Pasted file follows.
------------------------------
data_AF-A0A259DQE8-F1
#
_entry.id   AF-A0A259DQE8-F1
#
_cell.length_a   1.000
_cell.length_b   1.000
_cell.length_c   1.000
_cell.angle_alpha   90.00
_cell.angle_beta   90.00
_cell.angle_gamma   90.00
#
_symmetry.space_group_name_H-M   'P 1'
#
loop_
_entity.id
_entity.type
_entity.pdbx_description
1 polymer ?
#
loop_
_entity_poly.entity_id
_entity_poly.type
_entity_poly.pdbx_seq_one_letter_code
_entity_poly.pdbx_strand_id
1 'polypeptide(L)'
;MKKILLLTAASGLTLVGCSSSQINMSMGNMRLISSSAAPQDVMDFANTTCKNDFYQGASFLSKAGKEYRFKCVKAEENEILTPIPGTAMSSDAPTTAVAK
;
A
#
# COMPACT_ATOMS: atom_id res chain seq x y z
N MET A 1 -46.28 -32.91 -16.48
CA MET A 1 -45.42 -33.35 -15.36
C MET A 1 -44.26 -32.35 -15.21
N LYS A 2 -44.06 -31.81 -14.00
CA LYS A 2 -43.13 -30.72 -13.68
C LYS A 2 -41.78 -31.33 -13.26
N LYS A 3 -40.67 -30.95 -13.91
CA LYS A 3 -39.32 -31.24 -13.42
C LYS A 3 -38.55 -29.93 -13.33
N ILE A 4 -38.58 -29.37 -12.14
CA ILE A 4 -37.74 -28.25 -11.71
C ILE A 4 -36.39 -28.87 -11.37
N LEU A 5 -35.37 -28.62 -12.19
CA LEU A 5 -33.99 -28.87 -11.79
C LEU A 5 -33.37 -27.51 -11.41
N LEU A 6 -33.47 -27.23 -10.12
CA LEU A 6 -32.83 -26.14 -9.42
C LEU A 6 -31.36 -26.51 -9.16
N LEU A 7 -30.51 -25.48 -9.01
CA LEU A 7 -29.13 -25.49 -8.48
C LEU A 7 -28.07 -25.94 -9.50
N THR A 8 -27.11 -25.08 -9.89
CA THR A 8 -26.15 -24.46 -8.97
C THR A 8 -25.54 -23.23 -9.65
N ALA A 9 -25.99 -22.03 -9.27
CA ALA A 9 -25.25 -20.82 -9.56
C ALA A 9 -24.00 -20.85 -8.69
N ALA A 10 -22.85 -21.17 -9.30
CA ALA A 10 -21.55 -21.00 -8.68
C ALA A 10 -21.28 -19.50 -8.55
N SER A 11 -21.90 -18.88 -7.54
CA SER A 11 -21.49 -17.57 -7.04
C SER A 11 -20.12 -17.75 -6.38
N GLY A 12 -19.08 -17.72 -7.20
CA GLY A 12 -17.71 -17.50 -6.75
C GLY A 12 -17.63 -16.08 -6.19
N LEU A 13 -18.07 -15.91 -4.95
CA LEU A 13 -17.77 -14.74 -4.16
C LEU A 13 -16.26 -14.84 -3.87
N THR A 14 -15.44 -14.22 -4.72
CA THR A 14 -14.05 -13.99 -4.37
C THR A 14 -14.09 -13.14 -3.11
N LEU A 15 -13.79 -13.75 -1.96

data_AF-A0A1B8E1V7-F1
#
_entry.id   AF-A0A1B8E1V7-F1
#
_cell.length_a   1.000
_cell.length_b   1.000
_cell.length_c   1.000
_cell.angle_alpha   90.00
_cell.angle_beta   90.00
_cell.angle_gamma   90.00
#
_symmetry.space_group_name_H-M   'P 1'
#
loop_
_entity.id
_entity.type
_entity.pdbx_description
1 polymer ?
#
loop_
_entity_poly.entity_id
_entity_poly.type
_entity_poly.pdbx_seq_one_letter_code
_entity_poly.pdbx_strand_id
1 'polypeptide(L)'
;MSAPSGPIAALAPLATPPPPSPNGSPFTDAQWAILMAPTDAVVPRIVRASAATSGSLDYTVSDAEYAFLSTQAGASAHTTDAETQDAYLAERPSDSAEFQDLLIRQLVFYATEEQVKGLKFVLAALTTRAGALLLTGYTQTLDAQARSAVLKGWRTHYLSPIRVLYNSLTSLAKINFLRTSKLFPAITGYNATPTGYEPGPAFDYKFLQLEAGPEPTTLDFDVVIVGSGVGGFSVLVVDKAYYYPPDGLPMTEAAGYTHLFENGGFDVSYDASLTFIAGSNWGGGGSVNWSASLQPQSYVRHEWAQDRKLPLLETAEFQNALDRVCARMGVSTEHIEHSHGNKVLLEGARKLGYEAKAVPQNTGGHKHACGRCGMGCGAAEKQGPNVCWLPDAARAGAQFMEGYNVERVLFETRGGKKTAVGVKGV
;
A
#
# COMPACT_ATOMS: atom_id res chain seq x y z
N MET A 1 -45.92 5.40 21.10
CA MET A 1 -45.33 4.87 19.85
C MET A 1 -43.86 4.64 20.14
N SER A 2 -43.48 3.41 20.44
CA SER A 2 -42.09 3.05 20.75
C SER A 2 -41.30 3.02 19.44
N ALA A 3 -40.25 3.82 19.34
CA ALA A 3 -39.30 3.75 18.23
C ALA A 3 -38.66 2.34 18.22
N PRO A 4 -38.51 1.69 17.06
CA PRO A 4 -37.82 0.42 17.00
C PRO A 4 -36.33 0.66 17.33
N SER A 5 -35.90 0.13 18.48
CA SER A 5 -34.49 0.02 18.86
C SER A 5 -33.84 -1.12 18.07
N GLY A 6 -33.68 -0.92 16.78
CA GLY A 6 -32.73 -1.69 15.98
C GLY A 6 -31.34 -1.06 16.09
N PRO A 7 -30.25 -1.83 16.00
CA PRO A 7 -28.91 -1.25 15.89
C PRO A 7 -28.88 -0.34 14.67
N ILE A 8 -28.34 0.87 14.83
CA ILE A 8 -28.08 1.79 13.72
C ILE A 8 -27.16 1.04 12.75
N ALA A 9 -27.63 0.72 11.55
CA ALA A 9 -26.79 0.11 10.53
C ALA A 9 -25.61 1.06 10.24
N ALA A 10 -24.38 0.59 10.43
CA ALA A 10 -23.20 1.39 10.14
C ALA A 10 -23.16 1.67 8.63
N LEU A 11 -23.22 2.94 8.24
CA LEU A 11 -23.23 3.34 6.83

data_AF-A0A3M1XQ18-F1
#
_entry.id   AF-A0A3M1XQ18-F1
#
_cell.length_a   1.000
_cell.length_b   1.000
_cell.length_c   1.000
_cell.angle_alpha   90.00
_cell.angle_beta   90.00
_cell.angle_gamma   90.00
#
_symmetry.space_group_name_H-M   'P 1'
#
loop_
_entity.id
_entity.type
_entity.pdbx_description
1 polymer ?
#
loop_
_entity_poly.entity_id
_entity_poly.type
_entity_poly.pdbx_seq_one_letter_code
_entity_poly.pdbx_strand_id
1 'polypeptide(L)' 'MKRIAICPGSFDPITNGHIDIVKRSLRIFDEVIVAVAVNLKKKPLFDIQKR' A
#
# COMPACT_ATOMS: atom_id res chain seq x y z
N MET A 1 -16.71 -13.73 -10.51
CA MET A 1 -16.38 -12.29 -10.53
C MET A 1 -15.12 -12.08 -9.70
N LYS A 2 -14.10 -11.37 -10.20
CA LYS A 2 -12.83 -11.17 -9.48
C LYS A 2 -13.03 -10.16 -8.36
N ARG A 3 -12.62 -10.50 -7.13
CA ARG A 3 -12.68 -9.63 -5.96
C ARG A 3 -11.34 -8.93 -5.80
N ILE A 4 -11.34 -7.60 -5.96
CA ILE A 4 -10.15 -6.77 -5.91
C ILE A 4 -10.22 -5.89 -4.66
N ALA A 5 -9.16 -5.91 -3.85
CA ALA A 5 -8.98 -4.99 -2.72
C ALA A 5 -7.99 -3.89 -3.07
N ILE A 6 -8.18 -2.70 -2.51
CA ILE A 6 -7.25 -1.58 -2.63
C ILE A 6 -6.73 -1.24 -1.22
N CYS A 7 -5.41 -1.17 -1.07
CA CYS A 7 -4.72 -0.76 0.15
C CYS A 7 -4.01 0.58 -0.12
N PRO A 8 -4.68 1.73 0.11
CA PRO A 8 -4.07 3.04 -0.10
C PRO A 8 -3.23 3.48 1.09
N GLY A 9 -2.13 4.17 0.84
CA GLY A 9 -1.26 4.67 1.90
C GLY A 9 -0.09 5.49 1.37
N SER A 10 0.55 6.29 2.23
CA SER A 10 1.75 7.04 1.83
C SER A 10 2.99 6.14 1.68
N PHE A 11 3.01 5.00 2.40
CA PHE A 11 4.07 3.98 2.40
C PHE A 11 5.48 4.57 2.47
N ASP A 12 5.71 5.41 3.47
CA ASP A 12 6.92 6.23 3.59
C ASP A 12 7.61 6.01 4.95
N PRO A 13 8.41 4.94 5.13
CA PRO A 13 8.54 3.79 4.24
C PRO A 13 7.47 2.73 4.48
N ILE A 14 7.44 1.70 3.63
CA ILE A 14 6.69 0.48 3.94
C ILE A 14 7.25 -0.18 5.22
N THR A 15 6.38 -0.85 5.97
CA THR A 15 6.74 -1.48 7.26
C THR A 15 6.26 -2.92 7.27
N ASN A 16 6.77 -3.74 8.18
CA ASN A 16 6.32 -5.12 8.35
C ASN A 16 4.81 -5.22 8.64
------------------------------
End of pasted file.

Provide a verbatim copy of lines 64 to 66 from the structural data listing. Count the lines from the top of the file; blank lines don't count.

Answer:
N GLY A 12 -19.08 -17.72 -7.20
CA GLY A 12 -17.71 -17.50 -6.75
C GLY A 12 -17.63 -16.08 -6.19